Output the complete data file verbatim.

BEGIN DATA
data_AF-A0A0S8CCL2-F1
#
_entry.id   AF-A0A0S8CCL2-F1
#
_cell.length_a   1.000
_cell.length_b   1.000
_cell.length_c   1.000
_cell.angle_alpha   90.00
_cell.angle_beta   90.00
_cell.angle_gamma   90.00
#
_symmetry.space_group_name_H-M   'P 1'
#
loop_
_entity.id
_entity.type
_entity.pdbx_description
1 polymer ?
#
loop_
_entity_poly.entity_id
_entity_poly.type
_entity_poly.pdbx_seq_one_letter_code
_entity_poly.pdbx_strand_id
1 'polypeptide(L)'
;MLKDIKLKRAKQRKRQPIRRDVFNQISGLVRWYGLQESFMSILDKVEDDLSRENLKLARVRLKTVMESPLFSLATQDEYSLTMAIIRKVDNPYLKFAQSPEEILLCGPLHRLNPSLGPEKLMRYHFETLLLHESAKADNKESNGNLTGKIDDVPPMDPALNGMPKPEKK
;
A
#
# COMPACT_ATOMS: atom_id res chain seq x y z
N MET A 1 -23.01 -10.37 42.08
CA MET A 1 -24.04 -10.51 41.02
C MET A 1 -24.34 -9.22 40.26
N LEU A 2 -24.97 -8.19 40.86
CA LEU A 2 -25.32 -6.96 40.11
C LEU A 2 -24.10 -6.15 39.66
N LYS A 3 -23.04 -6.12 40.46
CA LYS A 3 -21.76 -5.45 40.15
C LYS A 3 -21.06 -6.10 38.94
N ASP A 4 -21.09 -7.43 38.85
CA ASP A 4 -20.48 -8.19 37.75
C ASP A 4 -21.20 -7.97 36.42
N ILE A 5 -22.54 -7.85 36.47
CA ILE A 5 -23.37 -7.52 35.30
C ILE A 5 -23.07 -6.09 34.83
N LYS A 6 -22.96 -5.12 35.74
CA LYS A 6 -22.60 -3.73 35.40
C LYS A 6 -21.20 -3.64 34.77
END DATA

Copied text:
data_AF-A0A0S8CCL2-F1
#
_entry.id   AF-A0A0S8CCL2-F1
#
_cell.length_a   1.000
_cell.length_b   1.000
_cell.length_c   1.000
_cell.angle_alpha   90.00
_cell.angle_beta   90.00
_cell.angle_gamma   90.00
#
_symmetry.space_group_name_H-M   'P 1'
#
loop_
_entity.id
_entity.type
_entity.pdbx_description
1 polymer ?
#
loop_
_entity_poly.entity_id
_entity_poly.type
_entity_poly.pdbx_seq_one_letter_code
_entity_poly.pdbx_strand_id
1 'polypeptide(L)'
;MLKDIKLKRAKQRKRQPIRRDVFNQISGLVRWYGLQESFMSILDKVEDDLSRENLKLARVRLKTVMESPLFSLATQDEYSLTMAIIRKVDNPYLKFAQSPEEILLCGPLHRLNPSLGPEKLMRYHFETLLLHESAKADNKESNGNLTGKIDDVPPMDPALNGMPKPEKK
;
A
#
# COMPACT_ATOMS: atom_id res chain seq x y z
N MET A 1 -23.01 -10.37 42.08
CA MET A 1 -24.04 -10.51 41.02
C MET A 1 -24.34 -9.22 40.26
N LEU A 2 -24.97 -8.19 40.86
CA LEU A 2 -25.32 -6.96 40.11
C LEU A 2 -24.10 -6.15 39.66
N LYS A 3 -23.04 -6.12 40.46
CA LYS A 3 -21.76 -5.45 40.15
C LYS A 3 -21.06 -6.10 38.94
N ASP A 4 -21.09 -7.43 38.85
CA ASP A 4 -20.48 -8.19 37.75
C ASP A 4 -21.20 -7.97 36.42
N ILE A 5 -22.54 -7.85 36.47
CA ILE A 5 -23.37 -7.52 35.30
C ILE A 5 -23.07 -6.09 34.83
N LYS A 6 -22.96 -5.12 35.74
CA LYS A 6 -22.60 -3.73 35.40
C LYS A 6 -21.20 -3.64 34.77